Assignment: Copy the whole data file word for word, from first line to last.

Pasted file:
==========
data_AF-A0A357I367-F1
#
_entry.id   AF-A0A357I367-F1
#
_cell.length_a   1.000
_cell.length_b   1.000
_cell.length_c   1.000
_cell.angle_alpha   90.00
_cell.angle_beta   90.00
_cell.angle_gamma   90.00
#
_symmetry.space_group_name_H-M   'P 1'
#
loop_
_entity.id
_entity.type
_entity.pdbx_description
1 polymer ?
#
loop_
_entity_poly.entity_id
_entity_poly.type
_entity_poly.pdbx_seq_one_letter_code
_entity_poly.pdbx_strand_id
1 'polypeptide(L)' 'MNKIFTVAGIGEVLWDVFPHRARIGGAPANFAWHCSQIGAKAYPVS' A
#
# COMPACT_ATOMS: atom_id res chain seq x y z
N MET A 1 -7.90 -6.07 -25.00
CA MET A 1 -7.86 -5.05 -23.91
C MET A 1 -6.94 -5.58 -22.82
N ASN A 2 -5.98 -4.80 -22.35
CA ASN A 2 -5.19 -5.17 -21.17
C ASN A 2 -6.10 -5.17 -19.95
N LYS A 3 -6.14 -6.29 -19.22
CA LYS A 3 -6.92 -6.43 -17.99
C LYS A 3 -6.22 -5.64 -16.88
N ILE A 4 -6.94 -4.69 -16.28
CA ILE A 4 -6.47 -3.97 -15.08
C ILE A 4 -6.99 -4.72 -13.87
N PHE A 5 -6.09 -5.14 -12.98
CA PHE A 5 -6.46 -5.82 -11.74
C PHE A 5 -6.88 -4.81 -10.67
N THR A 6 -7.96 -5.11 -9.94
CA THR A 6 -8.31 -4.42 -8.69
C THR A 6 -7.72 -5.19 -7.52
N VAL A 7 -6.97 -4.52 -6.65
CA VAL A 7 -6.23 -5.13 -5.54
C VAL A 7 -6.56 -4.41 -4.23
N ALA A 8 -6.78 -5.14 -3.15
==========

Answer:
data_AF-A0A357I367-F1
#
_entry.id   AF-A0A357I367-F1
#
_cell.length_a   1.000
_cell.length_b   1.000
_cell.length_c   1.000
_cell.angle_alpha   90.00
_cell.angle_beta   90.00
_cell.angle_gamma   90.00
#
_symmetry.space_group_name_H-M   'P 1'
#
loop_
_entity.id
_entity.type
_entity.pdbx_description
1 polymer ?
#
loop_
_entity_poly.entity_id
_entity_poly.type
_entity_poly.pdbx_seq_one_letter_code
_entity_poly.pdbx_strand_id
1 'polypeptide(L)' 'MNKIFTVAGIGEVLWDVFPHRARIGGAPANFAWHCSQIGAKAYPVS' A
#
# COMPACT_ATOMS: atom_id res chain seq x y z
N MET A 1 -7.90 -6.07 -25.00
CA MET A 1 -7.86 -5.05 -23.91
C MET A 1 -6.94 -5.58 -22.82
N ASN A 2 -5.98 -4.80 -22.35
CA ASN A 2 -5.19 -5.17 -21.17
C ASN A 2 -6.10 -5.17 -19.95
N LYS A 3 -6.14 -6.29 -19.22
CA LYS A 3 -6.92 -6.43 -17.99
C LYS A 3 -6.22 -5.64 -16.88
N ILE A 4 -6.94 -4.69 -16.28
CA ILE A 4 -6.47 -3.97 -15.08
C ILE A 4 -6.99 -4.72 -13.87
N PHE A 5 -6.09 -5.14 -12.98
CA PHE A 5 -6.46 -5.82 -11.74
C PHE A 5 -6.88 -4.81 -10.67
N THR A 6 -7.96 -5.11 -9.94
CA THR A 6 -8.31 -4.42 -8.69
C THR A 6 -7.72 -5.19 -7.52
N VAL A 7 -6.97 -4.52 -6.65
CA VAL A 7 -6.23 -5.13 -5.54
C VAL A 7 -6.56 -4.41 -4.23
N ALA A 8 -6.78 -5.14 -3.15